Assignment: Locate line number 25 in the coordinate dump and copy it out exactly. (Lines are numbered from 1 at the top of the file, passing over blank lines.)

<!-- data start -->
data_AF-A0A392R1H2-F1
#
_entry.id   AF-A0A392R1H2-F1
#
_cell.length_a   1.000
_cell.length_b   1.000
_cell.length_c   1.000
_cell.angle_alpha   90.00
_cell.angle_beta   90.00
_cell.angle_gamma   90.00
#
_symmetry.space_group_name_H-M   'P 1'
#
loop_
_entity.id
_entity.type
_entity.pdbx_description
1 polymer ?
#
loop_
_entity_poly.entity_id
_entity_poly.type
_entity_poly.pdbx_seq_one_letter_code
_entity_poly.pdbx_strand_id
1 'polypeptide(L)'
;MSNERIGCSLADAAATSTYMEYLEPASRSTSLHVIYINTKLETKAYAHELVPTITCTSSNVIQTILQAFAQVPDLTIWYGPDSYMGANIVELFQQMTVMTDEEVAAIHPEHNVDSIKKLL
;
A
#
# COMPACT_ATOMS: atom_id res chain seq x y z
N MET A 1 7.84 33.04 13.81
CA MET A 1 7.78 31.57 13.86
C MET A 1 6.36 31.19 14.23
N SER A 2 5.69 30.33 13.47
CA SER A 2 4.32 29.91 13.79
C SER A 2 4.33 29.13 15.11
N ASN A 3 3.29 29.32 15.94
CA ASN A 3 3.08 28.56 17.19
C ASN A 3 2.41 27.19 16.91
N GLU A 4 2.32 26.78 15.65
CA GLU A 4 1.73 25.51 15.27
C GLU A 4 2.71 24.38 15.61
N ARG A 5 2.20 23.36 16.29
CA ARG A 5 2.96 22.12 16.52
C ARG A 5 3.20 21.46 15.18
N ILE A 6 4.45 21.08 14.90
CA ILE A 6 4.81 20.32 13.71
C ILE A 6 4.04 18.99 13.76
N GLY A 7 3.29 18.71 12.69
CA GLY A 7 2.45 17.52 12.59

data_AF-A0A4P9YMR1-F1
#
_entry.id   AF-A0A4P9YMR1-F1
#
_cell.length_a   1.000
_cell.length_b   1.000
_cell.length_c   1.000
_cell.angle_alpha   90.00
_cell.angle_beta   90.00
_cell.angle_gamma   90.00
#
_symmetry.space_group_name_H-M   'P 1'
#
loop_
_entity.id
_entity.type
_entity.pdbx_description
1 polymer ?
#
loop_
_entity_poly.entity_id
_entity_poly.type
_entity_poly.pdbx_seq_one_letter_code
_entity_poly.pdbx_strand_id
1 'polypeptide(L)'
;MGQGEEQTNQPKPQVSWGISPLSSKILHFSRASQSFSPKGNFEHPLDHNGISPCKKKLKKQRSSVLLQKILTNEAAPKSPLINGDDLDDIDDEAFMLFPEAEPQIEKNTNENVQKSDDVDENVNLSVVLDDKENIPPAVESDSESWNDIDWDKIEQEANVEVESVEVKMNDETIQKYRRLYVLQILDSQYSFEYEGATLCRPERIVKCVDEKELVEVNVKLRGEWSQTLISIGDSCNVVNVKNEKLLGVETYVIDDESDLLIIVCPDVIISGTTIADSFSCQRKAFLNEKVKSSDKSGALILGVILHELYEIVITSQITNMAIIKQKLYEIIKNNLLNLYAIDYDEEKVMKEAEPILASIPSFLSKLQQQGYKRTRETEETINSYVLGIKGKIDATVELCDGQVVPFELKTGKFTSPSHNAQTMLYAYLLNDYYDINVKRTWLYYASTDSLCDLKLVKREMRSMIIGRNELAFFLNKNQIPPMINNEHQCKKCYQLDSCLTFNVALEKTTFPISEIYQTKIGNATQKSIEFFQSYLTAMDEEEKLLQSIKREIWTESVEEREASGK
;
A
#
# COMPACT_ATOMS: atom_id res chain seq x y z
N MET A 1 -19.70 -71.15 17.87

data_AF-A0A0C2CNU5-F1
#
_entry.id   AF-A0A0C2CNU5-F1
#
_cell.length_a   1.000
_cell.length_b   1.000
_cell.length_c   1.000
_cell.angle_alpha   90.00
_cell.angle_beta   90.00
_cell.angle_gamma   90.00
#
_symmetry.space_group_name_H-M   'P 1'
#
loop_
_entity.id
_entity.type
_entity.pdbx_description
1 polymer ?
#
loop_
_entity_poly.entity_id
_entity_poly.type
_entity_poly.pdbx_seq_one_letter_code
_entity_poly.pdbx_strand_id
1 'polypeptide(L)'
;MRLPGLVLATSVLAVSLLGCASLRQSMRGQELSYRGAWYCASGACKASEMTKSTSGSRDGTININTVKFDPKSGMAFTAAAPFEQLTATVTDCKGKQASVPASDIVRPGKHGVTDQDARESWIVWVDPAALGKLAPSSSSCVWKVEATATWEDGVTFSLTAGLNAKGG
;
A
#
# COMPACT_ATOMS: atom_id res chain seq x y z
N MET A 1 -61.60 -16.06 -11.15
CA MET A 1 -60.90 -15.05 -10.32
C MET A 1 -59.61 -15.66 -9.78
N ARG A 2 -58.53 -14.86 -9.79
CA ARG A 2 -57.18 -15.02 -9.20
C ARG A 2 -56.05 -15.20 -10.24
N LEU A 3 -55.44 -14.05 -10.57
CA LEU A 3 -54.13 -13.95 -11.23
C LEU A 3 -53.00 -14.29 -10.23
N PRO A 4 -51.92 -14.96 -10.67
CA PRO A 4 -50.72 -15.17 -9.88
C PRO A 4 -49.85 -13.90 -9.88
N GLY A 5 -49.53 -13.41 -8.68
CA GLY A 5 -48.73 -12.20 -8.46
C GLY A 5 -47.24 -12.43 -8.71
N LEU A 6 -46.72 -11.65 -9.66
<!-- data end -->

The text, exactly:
1 'polypeptide(L)'